US20070182228A1 - Tube recliner mechanism and seat - Google Patents

Tube recliner mechanism and seat Download PDF

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Publication number
US20070182228A1
US20070182228A1 US11/619,551 US61955107A US2007182228A1 US 20070182228 A1 US20070182228 A1 US 20070182228A1 US 61955107 A US61955107 A US 61955107A US 2007182228 A1 US2007182228 A1 US 2007182228A1
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United States
Prior art keywords
tube
apertures
inner tube
outer tube
recliner mechanism
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Abandoned
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US11/619,551
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Paul Elio
Hari Iyer
Robert Glaspie
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ELIO ENGINEERING Inc dba ESG ENGINEERING
Original Assignee
ELIO ENGINEERING Inc dba ESG ENGINEERING
ESG - ACCURIDE LLC
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Priority to US75729406P priority Critical
Application filed by ELIO ENGINEERING Inc dba ESG ENGINEERING, ESG - ACCURIDE LLC filed Critical ELIO ENGINEERING Inc dba ESG ENGINEERING
Priority to US11/619,551 priority patent/US20070182228A1/en
Assigned to ELIO ENGINEERING, INC. DBA ESG ENGINEERING reassignment ELIO ENGINEERING, INC. DBA ESG ENGINEERING ASSIGNMENT OF ASSIGNORS INTEREST (SEE DOCUMENT FOR DETAILS). Assignors: ELIO, PAUL A., GLASPIE, ROBERT E., IYER, HARI SANKARA
Publication of US20070182228A1 publication Critical patent/US20070182228A1/en
Assigned to ESG - ACCURIDE, LLC. reassignment ESG - ACCURIDE, LLC. ASSIGNMENT OF ASSIGNORS INTEREST (SEE DOCUMENT FOR DETAILS). Assignors: ELIO ENGINEERING, INC.
Assigned to ACCURIDE CORPORATION reassignment ACCURIDE CORPORATION SECURITY AGREEMENT Assignors: ELIO ENGINEERING, INC., DBA ESG ENGINEERING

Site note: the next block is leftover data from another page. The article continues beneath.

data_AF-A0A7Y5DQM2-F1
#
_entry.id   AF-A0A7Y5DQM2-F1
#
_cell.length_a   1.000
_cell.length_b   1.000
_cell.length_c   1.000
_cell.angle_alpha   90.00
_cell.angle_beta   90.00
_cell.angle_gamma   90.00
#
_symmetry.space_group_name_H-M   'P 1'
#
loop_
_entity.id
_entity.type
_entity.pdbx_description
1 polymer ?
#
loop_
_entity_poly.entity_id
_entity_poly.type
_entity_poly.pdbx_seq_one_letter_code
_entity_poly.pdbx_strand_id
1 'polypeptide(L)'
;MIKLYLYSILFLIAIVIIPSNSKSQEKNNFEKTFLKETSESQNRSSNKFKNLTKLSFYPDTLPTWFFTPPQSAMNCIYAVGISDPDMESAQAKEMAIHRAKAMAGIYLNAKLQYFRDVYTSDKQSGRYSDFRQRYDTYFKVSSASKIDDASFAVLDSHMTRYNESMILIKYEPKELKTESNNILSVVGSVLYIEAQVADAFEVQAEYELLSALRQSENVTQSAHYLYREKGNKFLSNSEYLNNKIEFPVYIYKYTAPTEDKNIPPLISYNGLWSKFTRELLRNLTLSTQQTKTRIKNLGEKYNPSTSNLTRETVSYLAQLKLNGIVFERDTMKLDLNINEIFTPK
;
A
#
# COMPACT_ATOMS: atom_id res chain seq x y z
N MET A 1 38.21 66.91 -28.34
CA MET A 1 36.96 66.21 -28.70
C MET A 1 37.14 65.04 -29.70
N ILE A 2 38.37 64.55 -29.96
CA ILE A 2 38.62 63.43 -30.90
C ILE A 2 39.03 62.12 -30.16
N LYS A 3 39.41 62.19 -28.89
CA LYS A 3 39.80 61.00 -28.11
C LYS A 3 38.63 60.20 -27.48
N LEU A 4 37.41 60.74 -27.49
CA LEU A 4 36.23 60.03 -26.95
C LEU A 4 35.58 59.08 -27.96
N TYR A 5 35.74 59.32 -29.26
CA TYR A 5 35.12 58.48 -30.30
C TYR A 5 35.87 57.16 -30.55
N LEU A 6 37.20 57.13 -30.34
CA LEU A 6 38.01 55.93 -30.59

Assigned to ELIO ENGINEERING, INC., DBA ESG ENGINEERING reassignment ELIO ENGINEERING, INC., DBA ESG ENGINEERING ASSIGNMENT OF ASSIGNORS INTEREST (SEE DOCUMENT FOR DETAILS). Assignors: ESG - ACCURIDE, LLC
Application status is Abandoned legal-status Critical

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    • BPERFORMING OPERATIONS; TRANSPORTING
    • B60VEHICLES IN GENERAL
    • B60NSEATS SPECIALLY ADAPTED FOR VEHICLES; VEHICLE PASSENGER ACCOMMODATION NOT OTHERWISE PROVIDED FOR
    • B60N2/00Seats specially adapted for vehicles; Arrangement or mounting of seats in vehicles
    • B60N2/02Seats specially adapted for vehicles; Arrangement or mounting of seats in vehicles the seat or part thereof being movable, e.g. adjustable
    • B60N2/22Seats specially adapted for vehicles; Arrangement or mounting of seats in vehicles the seat or part thereof being movable, e.g. adjustable the back-rest being adjustable
    • B60N2/224Stepwise movement mechanisms, e.g. ratchets
    • BPERFORMING OPERATIONS; TRANSPORTING
    • B60VEHICLES IN GENERAL
    • B60NSEATS SPECIALLY ADAPTED FOR VEHICLES; VEHICLE PASSENGER ACCOMMODATION NOT OTHERWISE PROVIDED FOR
    • B60N2/00Seats specially adapted for vehicles; Arrangement or mounting of seats in vehicles
    • B60N2/02Seats specially adapted for vehicles; Arrangement or mounting of seats in vehicles the seat or part thereof being movable, e.g. adjustable
    • B60N2/22Seats specially adapted for vehicles; Arrangement or mounting of seats in vehicles the seat or part thereof being movable, e.g. adjustable the back-rest being adjustable
    • BPERFORMING OPERATIONS; TRANSPORTING
    • B60VEHICLES IN GENERAL
    • B60NSEATS SPECIALLY ADAPTED FOR VEHICLES; VEHICLE PASSENGER ACCOMMODATION NOT OTHERWISE PROVIDED FOR
    • B60N2/00Seats specially adapted for vehicles; Arrangement or mounting of seats in vehicles
    • B60N2/02Seats specially adapted for vehicles; Arrangement or mounting of seats in vehicles the seat or part thereof being movable, e.g. adjustable
    • B60N2/22Seats specially adapted for vehicles; Arrangement or mounting of seats in vehicles the seat or part thereof being movable, e.g. adjustable the back-rest being adjustable
    • B60N2/235Seats specially adapted for vehicles; Arrangement or mounting of seats in vehicles the seat or part thereof being movable, e.g. adjustable the back-rest being adjustable by gear-pawl type mechanisms
    • B60N2/2356Seats specially adapted for vehicles; Arrangement or mounting of seats in vehicles the seat or part thereof being movable, e.g. adjustable the back-rest being adjustable by gear-pawl type mechanisms with internal pawls
    • B60N2/236Seats specially adapted for vehicles; Arrangement or mounting of seats in vehicles the seat or part thereof being movable, e.g. adjustable the back-rest being adjustable by gear-pawl type mechanisms with internal pawls linearly movable
    • BPERFORMING OPERATIONS; TRANSPORTING
    • B60VEHICLES IN GENERAL
    • B60NSEATS SPECIALLY ADAPTED FOR VEHICLES; VEHICLE PASSENGER ACCOMMODATION NOT OTHERWISE PROVIDED FOR
    • B60N2205/00General mechanical or structural details
    • B60N2205/20Measures for elimination or compensation of play or backlash
    • BPERFORMING OPERATIONS; TRANSPORTING
    • B60VEHICLES IN GENERAL
    • B60NSEATS SPECIALLY ADAPTED FOR VEHICLES; VEHICLE PASSENGER ACCOMMODATION NOT OTHERWISE PROVIDED FOR